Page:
Each year, the earth loses about 26 billion trees to lumber, mining, agriculture, and development. About 15 billion trees are replanted annually worldwide. It does not take an advanced math expert to see that an annual deficit of 11 billion trees is not a sustainable trajectory. We need trees. Enter drones. Best known in recent years for their military applications, and as a potential means of parcel delivery, remote-controlled drones used to plant trees could begin to equalize rates of reforestation with the current level of deforestation. That is the idea behind Oxford, England-based BioCarbon Engineering’s concept: counter industrial-scale deforestation with industrial-scale reforestation.
The Amazon rainforest, for example, the greatest single source of oxygen on the planet, has shrunk by 20 percent in the past half century, its disappearance aided in earnest by the opening of the Trans-Amazonian highway in 1972, which literally created the pathway for exploitation. While the deforestation of the Amazon has been slowed significantly since the mid-2000s, it is presently losing about 2,000 square miles (5,000 square kms) of forest a year, or nearly one million football fields.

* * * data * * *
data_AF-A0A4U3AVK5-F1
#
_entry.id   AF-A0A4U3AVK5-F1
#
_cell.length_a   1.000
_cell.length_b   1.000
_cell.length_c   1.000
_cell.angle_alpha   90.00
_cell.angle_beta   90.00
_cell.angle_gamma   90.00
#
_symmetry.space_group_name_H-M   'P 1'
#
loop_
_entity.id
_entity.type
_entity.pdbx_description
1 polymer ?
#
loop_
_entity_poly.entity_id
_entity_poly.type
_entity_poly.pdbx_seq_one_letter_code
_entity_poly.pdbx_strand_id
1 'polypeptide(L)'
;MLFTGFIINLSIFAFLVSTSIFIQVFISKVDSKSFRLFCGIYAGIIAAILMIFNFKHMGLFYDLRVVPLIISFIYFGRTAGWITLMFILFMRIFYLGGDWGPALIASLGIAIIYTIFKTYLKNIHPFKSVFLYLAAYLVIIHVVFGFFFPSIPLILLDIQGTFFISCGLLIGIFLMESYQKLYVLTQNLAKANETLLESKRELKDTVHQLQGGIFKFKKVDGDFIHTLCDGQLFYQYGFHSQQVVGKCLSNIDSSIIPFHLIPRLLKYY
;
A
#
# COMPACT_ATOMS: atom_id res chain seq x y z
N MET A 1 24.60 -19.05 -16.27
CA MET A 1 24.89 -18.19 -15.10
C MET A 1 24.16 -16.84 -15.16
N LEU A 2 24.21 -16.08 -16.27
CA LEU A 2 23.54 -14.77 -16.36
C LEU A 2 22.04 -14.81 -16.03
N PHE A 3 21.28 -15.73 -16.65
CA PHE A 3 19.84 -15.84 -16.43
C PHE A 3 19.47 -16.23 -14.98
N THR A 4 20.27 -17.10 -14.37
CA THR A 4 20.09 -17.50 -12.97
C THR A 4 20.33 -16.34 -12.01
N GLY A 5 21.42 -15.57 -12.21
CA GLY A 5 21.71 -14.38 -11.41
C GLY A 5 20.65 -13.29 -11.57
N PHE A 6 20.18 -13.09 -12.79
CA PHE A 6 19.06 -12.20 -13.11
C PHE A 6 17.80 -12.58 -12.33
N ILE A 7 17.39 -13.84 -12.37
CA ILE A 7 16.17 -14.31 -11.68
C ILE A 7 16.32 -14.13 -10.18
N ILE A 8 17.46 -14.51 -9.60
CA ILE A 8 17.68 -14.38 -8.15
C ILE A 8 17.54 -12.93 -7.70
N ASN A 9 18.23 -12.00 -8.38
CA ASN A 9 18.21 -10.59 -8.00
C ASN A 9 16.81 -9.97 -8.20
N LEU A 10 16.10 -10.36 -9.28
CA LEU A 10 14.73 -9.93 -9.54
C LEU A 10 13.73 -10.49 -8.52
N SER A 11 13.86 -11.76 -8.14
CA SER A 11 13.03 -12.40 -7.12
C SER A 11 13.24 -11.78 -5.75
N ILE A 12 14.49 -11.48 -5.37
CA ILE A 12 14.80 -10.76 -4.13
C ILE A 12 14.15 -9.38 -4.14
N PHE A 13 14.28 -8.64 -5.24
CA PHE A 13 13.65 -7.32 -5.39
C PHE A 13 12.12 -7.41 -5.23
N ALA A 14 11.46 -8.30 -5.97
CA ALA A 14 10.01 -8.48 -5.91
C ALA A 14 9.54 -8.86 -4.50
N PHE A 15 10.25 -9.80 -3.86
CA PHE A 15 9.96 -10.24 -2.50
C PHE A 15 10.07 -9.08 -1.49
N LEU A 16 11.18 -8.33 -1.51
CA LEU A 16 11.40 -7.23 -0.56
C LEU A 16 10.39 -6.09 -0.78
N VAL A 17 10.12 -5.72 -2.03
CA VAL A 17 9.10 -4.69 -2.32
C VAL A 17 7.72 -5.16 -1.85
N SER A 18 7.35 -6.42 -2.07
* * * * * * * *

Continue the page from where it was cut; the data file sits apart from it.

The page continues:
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To achieve its goal of planting one billion trees a year, BioCarbon is developing a fleet of drones that, if all goes according to plan, will engage in a three-step process of mapping, planting, and monitoring. Generating sophisticated 3D maps of the landscape, the drones can be used to determine precisely where to plant, and how much planting is needed to restore a forest. Then, hovering above the ground at between 2-3 meters, the drones use pressurized air to fire germinated seed pods into precisely targeted locations. Each pod is encapsulated in a “nutrient-rich hydrogel” that presumably feeds the seed until it takes root. Later, the drones can be used to monitor the progress of the fresh growth.
BioCarbon says that their system is better and cheaper. At a rate of ten seeds per minute, two drone operators could plant 36,000 seeds a day, according to BioCarbon founder Lauren Fletcher. Not only would the innovation be significantly more efficient than traditional planting methods, it can also be done at about 15 percent of the cost. “First, by planting germinated seeds using precision agricultural techniques, we increase uptake rates. Second, our scalable automated technology significantly reduces the manpower requirements and costs.”
A billion trees a year is not enough to bridge the staggering rates of deforestation, but it is an impressive start.
“The only option we’ve had previously has been hand planting, which is slow and really expensive, and just can’t keep up with industrial-scale deforestation,” says Fletcher. “We’re hoping that our technology is going to provide opportunities to really scale up the reforestation and replanting rates.”
BioCarbon says it plans to conduct trials by the end of the year.
Images via Shutterstock (1, 2)